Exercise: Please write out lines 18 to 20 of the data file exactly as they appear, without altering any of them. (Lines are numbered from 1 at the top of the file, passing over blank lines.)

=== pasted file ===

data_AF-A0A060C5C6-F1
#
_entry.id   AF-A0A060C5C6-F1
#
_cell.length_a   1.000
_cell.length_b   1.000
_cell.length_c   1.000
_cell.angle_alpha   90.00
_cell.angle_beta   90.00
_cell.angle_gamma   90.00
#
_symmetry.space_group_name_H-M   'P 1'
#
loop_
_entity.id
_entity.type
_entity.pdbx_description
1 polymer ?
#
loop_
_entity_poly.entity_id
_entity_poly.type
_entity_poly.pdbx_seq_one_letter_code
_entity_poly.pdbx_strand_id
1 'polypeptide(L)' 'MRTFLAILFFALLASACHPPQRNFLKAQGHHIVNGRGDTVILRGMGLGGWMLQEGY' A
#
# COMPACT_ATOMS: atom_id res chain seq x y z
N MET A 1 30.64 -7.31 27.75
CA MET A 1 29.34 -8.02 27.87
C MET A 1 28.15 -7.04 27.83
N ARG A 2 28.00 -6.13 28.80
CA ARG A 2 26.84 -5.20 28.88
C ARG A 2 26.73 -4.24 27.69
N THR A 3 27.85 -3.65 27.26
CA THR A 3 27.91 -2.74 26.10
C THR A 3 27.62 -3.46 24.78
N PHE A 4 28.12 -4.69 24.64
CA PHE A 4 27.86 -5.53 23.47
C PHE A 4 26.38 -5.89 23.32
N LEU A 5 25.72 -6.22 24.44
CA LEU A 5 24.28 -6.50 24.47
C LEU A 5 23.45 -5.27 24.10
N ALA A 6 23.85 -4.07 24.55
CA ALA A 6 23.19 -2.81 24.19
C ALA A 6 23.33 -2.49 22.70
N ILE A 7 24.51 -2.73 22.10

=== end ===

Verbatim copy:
1 polymer ?
#
loop_